In January the DPT received Board of Supervisors approval to accept and expend $3.54 million in Federal grant funds for implementation of the first phase of a state-of-the-art Integrated Transportation Management System (ITMS). The ITMS is intended to use "intelligent transportation technology" to provide significant, measurable improvements to enhance traffic safety, improve transit operations, reduce congestion and travel time, improve responsiveness to special events and/or incidents, keep travelers informed of traffic conditions, and enhance operations and communication among DPT, CalTrans, the Department of Public Transportation (Muni) and other transit and transportation agencies.

The ITMS will include many technological innovations including:

  • Automated traffic volume and congestion monitoring;
  • Remote monitoring (closed circuit television cameras) to provide real-time data collection at key intersections and on critical street segments;
  • Variable message signs, internet displays and direct links to the media to disseminate information concerning street closures, roadway construction, parking availability, and alternate routes;
  • Automated traffic signal operations that would detect signal malfunctions and notify maintenance personnel of such malfunction, thereby decreasing repair response time and improving traffic safety and flow.

DPT estimates that implementation of the ITMS project on a City-wide basis will eventually cost $43,000,000.

Also, as mentioned above, DPT will soon be submitting a proposal to the Mayor and the Board of Supervisors for installation of electronic parking meters City-wide and implementation of related operational systems. This proposed project is further described in Section 4 of our report.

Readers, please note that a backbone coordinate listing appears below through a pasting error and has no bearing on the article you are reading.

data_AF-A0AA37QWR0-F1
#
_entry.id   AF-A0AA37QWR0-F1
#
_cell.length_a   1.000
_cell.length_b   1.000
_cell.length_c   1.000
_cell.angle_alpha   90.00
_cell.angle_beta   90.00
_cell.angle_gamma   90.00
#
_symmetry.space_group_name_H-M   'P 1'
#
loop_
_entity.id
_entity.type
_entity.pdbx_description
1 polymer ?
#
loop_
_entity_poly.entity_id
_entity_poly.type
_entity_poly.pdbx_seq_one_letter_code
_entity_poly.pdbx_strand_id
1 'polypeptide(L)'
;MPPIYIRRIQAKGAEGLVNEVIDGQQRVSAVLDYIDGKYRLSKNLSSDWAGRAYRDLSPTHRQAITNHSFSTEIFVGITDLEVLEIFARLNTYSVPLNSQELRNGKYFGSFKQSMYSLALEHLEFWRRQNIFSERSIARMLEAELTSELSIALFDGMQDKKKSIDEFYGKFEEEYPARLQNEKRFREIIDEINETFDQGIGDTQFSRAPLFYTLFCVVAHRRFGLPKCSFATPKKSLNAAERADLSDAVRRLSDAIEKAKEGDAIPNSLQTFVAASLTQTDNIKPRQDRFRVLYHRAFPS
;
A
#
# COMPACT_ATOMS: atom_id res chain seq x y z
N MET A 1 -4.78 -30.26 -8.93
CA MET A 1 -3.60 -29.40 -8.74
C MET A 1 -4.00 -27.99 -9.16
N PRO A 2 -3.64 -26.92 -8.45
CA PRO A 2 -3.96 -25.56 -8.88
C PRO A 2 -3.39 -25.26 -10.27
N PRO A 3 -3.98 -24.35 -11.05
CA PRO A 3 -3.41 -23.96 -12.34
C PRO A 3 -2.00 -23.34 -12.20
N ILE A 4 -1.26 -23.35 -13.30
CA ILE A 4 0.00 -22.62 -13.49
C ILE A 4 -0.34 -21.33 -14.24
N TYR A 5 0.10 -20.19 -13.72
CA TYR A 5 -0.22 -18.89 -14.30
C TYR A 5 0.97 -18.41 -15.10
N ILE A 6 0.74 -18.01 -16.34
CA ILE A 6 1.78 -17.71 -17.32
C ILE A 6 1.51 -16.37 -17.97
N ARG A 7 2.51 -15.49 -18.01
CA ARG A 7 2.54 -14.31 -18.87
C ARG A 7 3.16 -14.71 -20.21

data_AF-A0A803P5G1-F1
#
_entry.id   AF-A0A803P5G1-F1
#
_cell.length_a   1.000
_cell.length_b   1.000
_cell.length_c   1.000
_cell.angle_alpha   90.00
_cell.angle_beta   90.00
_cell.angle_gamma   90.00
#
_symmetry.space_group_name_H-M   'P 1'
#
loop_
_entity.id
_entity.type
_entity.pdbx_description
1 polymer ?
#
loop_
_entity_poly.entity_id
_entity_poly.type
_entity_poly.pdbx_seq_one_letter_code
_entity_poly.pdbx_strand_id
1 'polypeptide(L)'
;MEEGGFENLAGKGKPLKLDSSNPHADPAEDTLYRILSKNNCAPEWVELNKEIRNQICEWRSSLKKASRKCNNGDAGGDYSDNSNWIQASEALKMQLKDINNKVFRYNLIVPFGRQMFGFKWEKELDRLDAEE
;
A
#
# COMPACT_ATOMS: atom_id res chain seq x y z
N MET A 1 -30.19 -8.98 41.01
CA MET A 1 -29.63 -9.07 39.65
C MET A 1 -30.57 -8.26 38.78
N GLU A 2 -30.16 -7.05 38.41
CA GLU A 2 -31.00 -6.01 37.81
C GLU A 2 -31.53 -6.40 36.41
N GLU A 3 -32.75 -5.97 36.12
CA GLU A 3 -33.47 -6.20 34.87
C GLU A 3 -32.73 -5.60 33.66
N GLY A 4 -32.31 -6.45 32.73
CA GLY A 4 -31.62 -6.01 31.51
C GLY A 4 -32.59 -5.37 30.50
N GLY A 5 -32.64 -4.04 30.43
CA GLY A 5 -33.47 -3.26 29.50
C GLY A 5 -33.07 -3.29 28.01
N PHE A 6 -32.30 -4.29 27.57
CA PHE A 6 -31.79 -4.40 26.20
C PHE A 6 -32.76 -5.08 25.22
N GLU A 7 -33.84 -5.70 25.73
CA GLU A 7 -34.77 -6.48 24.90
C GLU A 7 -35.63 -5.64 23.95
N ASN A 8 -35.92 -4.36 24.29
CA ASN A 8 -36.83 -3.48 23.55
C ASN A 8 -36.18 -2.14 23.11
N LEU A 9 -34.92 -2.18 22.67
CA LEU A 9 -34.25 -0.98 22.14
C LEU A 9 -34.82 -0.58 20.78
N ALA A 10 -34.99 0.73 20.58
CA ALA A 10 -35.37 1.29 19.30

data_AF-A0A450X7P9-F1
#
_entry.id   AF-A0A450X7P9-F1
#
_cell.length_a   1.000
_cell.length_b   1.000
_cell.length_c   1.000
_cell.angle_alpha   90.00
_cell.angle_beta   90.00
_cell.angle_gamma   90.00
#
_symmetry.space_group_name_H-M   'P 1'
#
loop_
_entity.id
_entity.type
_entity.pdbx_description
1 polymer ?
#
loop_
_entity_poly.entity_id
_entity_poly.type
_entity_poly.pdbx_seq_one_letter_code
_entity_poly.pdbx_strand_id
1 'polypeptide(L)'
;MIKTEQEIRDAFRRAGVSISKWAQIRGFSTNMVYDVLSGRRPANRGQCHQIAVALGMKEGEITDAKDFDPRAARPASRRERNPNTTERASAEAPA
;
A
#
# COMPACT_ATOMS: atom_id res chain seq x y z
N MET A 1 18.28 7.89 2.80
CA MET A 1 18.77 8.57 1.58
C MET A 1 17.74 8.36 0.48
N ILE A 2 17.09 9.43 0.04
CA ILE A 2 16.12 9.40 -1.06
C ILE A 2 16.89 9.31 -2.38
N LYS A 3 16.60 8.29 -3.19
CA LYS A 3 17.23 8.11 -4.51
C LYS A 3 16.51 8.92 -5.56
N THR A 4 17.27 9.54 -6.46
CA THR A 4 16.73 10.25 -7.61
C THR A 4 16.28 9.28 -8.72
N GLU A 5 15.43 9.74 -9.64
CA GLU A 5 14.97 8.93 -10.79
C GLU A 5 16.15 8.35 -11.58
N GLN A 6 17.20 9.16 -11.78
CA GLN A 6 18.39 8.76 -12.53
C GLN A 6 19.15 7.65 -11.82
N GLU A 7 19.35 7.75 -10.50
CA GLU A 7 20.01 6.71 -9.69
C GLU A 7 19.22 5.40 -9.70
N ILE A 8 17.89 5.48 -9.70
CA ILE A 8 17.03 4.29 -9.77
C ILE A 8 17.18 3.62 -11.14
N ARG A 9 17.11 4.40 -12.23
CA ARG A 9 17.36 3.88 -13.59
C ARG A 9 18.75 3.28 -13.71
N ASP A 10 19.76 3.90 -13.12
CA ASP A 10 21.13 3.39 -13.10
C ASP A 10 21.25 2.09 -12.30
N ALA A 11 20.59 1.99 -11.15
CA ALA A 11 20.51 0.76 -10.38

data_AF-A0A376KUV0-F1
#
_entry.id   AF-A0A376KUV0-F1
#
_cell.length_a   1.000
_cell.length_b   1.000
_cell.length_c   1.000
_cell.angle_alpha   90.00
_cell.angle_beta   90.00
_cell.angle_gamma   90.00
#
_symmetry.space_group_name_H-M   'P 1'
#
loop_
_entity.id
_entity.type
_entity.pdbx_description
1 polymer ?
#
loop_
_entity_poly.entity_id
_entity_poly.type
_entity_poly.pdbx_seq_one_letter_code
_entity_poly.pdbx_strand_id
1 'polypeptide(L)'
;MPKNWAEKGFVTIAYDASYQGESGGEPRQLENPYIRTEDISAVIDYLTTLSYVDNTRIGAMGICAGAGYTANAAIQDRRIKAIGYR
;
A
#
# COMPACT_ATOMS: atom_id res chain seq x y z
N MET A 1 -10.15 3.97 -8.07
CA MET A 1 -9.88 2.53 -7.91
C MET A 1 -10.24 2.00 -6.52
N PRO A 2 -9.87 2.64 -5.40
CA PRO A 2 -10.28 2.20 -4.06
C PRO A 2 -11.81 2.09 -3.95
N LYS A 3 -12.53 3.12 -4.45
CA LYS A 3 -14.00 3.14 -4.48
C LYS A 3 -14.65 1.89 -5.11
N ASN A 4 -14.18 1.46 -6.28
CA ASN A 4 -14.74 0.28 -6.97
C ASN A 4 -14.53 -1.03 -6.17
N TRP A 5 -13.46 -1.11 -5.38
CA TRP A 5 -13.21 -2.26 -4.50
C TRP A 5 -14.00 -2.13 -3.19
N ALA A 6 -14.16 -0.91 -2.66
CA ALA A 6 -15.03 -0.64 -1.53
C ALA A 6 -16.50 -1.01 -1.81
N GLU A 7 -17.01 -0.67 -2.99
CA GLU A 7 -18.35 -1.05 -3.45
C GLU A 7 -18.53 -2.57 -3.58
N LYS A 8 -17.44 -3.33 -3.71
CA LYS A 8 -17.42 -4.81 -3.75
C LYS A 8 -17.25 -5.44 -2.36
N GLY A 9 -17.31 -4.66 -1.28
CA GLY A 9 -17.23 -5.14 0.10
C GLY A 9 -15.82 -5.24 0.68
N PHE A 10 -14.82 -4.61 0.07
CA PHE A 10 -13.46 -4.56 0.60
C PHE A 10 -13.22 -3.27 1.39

Organization of this Report

This performance audit report is organized into seven sections.

The subject areas addressed herein are as follows:

Section 1 - Enforcement
  1.1 - Parking Control Officer Productivity
  1.2 - Parking Control Officer Deployment
Section 2 - Workers Compensation
Section 3 - Fleet Management
Section 4 - Parking Meter Program
Section 5 - Implementation of the PRWT Contract for Parking Citations Processing
Section 6 - Adult School Crossing Guard Program
Section 7 - City-Owned Parking Garages

The Budget Analyst would like to acknowledge and thank Executive Director Stuart Sunshine, his deputy directors and the management and staff of the Department for their cooperation and willing assistance during this performance audit

Without the assistance and cooperation of all members of the Department of Parking and Traffic who we worked with, our task would have been extremely difficult.